The Best of Our Knowledge # 1022
Albany, NY – PRESIDENT OBAMA UNVEILS PLANS TO UPDATE NO CHILD LEFT BEHIND
With health reform legislation finally passed, President Barack Obama is now focusing his attention on other areas of concern to him. Of course, another of his stated top priorities is education.
President Obama is promising to rewrite the nation's often controversial education law, now known as No Child Left Behind. It became law in 2002 during the Bush administration. And politics have caused its renewal to be more than two-years overdue. Mr. Obama speaks directly to his vision of education reform.
Glenn Busby reports. (5:14)
A BLUEPRINT FOR REFORM: THE REAUTHORIZATION OF THE ELEMENTARY AND SECONDARY EDUCATION ACT -
The chances of renewing No Child Left Behind this year are uncertain.
As we heard in our first story today, the president is adamant about getting students ready for college and careers, and bringing their scores up to the levels of many other countries that have passed the U.S.
To move in that direction, the U.S. Department of Education just released what it's calling, "A Blueprint for Reform: The Reauthorization of the Elementary and Secondary Education Act." The process of turning that 41-page blueprint into legislation is now in the hands of education leaders in Congress.
Jack Jennings, President of the Washington-based Center on Education Policy, is quoted as saying, "It has a chance of passing, but I don't think it [has] a probability of passing."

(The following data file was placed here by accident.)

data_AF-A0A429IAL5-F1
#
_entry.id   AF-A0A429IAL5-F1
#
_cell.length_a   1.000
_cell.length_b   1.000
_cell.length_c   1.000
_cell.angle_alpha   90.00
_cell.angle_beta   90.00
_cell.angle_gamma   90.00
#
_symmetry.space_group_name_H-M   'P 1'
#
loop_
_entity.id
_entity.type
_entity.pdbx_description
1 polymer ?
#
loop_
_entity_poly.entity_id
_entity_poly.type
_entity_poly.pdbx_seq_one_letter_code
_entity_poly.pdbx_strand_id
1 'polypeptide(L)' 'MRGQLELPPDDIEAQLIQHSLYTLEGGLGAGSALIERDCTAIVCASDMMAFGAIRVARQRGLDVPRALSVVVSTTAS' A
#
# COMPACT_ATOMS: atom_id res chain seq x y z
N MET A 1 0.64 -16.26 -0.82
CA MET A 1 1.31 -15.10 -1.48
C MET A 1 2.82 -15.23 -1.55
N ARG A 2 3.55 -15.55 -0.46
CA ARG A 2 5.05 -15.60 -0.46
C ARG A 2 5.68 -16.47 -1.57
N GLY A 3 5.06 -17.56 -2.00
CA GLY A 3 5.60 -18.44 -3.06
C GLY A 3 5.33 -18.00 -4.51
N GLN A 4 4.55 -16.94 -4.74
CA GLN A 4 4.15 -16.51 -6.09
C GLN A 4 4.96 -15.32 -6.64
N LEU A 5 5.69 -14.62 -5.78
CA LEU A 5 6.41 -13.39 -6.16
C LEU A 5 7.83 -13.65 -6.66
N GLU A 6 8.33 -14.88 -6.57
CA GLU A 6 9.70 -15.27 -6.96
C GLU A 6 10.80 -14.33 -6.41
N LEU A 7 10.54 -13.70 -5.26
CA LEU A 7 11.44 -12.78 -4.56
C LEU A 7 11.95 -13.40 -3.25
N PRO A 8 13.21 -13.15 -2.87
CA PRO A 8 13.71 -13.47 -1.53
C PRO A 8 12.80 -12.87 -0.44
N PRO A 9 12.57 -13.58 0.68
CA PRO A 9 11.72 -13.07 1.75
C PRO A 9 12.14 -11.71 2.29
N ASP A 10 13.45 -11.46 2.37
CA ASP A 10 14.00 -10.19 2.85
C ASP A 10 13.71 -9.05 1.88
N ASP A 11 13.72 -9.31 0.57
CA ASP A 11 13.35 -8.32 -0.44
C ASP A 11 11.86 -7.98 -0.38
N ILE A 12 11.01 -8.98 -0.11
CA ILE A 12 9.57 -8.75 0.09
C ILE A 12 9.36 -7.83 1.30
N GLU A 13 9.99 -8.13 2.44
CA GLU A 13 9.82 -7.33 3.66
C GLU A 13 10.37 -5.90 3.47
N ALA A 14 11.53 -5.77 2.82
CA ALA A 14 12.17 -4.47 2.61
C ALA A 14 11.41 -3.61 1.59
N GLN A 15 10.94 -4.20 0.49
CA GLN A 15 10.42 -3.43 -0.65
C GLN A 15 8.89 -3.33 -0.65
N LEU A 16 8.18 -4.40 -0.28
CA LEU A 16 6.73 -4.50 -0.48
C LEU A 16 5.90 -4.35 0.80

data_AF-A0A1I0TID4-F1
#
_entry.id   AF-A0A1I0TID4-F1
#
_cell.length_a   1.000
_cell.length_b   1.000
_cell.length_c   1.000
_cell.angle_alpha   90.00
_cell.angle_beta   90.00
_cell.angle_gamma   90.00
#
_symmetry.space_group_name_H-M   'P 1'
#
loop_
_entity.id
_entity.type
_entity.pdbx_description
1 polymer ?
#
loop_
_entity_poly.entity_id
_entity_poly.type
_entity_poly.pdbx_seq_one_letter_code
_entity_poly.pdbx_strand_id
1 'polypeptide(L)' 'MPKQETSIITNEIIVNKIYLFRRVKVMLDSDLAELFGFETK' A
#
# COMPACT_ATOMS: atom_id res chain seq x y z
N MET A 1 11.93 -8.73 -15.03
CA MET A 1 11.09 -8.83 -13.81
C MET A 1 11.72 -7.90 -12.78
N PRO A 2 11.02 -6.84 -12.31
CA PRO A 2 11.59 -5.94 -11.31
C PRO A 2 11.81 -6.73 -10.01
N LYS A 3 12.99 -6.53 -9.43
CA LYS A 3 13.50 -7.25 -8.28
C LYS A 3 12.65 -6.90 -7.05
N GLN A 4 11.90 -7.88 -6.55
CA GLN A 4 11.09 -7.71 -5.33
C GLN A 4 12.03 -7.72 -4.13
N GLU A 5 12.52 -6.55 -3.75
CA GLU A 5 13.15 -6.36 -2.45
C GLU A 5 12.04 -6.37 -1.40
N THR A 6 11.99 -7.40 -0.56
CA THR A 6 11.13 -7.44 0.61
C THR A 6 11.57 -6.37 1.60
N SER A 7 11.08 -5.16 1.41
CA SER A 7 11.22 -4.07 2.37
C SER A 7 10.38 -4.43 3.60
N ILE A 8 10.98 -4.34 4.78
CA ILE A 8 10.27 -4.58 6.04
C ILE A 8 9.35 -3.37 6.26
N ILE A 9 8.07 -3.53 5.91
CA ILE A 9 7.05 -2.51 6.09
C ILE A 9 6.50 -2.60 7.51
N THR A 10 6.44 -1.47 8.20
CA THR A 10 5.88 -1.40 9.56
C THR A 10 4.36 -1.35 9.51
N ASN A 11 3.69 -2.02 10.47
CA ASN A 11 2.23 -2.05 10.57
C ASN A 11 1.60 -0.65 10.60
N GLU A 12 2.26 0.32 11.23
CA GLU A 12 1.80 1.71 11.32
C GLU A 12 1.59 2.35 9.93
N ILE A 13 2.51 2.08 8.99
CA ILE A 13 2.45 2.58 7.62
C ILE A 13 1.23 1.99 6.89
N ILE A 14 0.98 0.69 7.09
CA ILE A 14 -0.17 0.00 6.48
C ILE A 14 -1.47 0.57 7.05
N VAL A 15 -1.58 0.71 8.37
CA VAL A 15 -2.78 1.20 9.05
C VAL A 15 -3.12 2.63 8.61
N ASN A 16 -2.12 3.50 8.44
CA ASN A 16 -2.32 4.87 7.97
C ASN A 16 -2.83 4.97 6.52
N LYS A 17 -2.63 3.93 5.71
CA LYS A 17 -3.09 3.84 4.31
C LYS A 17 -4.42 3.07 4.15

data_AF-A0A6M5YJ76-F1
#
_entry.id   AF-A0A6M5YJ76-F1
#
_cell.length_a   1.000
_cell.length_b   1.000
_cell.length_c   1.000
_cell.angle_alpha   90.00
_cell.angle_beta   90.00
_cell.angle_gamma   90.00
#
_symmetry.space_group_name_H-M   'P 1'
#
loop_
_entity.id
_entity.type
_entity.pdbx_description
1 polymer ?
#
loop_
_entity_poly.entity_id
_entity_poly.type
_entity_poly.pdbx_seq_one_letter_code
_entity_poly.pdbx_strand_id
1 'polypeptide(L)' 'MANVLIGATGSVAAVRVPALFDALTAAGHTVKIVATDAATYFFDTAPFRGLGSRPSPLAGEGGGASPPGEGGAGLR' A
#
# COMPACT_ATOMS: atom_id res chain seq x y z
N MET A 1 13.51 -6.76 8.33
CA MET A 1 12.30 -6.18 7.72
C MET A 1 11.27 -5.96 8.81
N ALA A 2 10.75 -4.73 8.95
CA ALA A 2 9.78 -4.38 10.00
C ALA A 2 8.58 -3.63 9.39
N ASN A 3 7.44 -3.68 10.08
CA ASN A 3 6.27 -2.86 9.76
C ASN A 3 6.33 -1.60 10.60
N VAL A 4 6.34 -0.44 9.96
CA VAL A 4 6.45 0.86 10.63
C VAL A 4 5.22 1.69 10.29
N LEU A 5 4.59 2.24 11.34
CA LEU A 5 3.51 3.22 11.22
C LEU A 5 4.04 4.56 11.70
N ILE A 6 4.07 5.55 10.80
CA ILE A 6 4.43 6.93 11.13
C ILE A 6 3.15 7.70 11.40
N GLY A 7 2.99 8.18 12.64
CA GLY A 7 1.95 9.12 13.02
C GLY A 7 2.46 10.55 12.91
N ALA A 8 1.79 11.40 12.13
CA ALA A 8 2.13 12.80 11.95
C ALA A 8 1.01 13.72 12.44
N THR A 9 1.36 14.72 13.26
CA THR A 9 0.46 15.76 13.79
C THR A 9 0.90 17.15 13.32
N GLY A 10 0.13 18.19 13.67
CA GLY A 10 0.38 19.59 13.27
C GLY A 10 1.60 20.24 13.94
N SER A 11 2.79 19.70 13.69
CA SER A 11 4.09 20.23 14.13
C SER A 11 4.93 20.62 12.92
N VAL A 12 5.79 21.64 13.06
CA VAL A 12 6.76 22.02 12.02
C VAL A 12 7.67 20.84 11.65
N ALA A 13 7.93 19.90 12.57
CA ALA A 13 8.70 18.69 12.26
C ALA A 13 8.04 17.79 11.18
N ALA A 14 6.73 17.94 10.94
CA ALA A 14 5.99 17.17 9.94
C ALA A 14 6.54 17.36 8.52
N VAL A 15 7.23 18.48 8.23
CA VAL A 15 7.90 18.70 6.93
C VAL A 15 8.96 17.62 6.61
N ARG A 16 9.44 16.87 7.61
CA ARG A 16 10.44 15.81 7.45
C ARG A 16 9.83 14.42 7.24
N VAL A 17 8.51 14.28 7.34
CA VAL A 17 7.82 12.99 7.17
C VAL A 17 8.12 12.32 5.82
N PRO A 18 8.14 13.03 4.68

To learn more, we went right to the source, Secretary of Education, Arne Duncan. The secretary brings TBOOK listeners current on administration plans.
Glenn Busby reports. (12:09)
**(Attention Listeners. To read more about The Blueprint for Reform, go to the Dept. of Ed's website at: www.ed.gov.)**
EDUCATION HEADLINES AND UPDATES -
This is Community College Month.
You may recall last fall we reported on President Obama's 12-billion dollar American Graduation Initiative to boost community college funding and increase graduation rates. Mr. Obama described the Initiative as integral to the nation's economic success, and hoped to produce 5-million more graduates by 2020.
Well, as everyone knows, things don't always go as planned in Washington. The Health Reconciliation Bill that just passed did include some major changes in higher education funding, but the Initiative was dropped from the final approved version. It turns out new direct student lending produced less savings than sponsors had projected the demand for Pell grants was higher than anticipated and billions of dollars were diverted for deficit reduction and the cost of the health bill.
In other updates the first ever World Read Aloud Day we told you about a few weeks ago here on TBOOK, did launch as planned. LitWorld's chief, Pam Allyn, reports their message of global literacy reached at least 40-thousand people in more than 35 countries.
Allyn told us students in the United States shared words and ideas with students in Ghana. Classes acted out stories in Sri Lanka and Kenya. And local schools and orphanages participated in Egypt, Canada, East Timor and Austria.
For photos, videos, and more details, visit: www.litworld.org
Glenn Busby reports. (2:00)